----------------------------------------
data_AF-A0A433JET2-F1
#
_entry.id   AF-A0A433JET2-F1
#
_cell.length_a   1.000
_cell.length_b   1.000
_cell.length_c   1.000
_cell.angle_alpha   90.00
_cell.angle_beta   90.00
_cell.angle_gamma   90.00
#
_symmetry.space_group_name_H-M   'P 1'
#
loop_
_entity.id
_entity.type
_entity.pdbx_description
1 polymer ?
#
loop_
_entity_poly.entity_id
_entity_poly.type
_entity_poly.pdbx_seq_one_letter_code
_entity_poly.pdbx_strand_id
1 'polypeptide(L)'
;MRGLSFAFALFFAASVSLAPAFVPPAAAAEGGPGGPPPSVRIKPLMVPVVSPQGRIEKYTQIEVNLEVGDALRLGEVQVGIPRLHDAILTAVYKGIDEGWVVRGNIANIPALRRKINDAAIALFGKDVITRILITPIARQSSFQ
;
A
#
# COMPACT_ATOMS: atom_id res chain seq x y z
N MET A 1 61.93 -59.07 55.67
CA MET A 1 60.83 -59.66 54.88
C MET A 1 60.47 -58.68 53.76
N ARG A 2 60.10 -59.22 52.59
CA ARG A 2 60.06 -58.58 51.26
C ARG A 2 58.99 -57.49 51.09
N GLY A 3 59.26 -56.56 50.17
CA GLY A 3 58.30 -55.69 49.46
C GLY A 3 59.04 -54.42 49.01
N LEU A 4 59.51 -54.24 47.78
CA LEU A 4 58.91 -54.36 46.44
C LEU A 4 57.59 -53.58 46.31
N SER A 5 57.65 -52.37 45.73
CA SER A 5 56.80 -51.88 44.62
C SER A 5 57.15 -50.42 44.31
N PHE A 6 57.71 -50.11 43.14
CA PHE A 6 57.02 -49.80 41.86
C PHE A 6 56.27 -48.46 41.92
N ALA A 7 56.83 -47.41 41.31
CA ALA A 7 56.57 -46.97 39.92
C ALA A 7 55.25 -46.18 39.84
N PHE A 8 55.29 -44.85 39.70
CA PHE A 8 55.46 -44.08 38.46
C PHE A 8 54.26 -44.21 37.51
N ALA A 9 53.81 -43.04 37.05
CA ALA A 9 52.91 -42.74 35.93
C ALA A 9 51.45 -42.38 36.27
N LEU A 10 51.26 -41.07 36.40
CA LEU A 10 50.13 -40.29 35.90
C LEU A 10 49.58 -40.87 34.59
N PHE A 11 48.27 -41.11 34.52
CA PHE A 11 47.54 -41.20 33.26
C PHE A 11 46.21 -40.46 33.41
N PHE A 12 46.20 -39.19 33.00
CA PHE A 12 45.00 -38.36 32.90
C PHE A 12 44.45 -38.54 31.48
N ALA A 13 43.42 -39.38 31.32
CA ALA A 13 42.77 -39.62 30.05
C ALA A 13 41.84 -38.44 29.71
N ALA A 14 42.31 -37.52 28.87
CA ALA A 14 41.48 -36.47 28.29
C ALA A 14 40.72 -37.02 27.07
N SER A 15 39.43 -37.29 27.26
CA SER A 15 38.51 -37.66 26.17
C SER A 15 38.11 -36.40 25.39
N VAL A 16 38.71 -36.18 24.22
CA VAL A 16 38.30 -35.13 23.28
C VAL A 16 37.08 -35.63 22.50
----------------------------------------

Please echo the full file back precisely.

data_AF-A0A433JET2-F1
#
_entry.id   AF-A0A433JET2-F1
#
_cell.length_a   1.000
_cell.length_b   1.000
_cell.length_c   1.000
_cell.angle_alpha   90.00
_cell.angle_beta   90.00
_cell.angle_gamma   90.00
#
_symmetry.space_group_name_H-M   'P 1'
#
loop_
_entity.id
_entity.type
_entity.pdbx_description
1 polymer ?
#
loop_
_entity_poly.entity_id
_entity_poly.type
_entity_poly.pdbx_seq_one_letter_code
_entity_poly.pdbx_strand_id
1 'polypeptide(L)'
;MRGLSFAFALFFAASVSLAPAFVPPAAAAEGGPGGPPPSVRIKPLMVPVVSPQGRIEKYTQIEVNLEVGDALRLGEVQVGIPRLHDAILTAVYKGIDEGWVVRGNIANIPALRRKINDAAIALFGKDVITRILITPIARQSSFQ
;
A
#
# COMPACT_ATOMS: atom_id res chain seq x y z
N MET A 1 61.93 -59.07 55.67
CA MET A 1 60.83 -59.66 54.88
C MET A 1 60.47 -58.68 53.76
N ARG A 2 60.10 -59.22 52.59
CA ARG A 2 60.06 -58.58 51.26
C ARG A 2 58.99 -57.49 51.09
N GLY A 3 59.26 -56.56 50.17
CA GLY A 3 58.30 -55.69 49.46
C GLY A 3 59.04 -54.42 49.01
N LEU A 4 59.51 -54.24 47.78
CA LEU A 4 58.91 -54.36 46.44
C LEU A 4 57.59 -53.58 46.31
N SER A 5 57.65 -52.37 45.73
CA SER A 5 56.80 -51.88 44.62
C SER A 5 57.15 -50.42 44.31
N PHE A 6 57.71 -50.11 43.14
CA PHE A 6 57.02 -49.80 41.86
C PHE A 6 56.27 -48.46 41.92
N ALA A 7 56.83 -47.41 41.31
CA ALA A 7 56.57 -46.97 39.92
C ALA A 7 55.25 -46.18 39.84
N PHE A 8 55.29 -44.85 39.70
CA PHE A 8 55.46 -44.08 38.46
C PHE A 8 54.26 -44.21 37.51
N ALA A 9 53.81 -43.04 37.05
CA ALA A 9 52.91 -42.74 35.93
C ALA A 9 51.45 -42.38 36.27
N LEU A 10 51.26 -41.07 36.40
CA LEU A 10 50.13 -40.29 35.90
C LEU A 10 49.58 -40.87 34.59
N PHE A 11 48.27 -41.11 34.52
CA PHE A 11 47.54 -41.20 33.26
C PHE A 11 46.21 -40.46 33.41
N PHE A 12 46.20 -39.19 33.00
CA PHE A 12 45.00 -38.36 32.90
C PHE A 12 44.45 -38.54 31.48
N ALA A 13 43.42 -39.38 31.32
CA ALA A 13 42.77 -39.62 30.05
C ALA A 13 41.84 -38.44 29.71
N ALA A 14 42.31 -37.52 28.87
CA ALA A 14 41.48 -36.47 28.29
C ALA A 14 40.72 -37.02 27.07
N SER A 15 39.43 -37.29 27.26
CA SER A 15 38.51 -37.66 26.17
C SER A 15 38.11 -36.40 25.39
N VAL A 16 38.71 -36.18 24.22
CA VAL A 16 38.30 -35.13 23.28
C VAL A 16 37.08 -35.63 22.50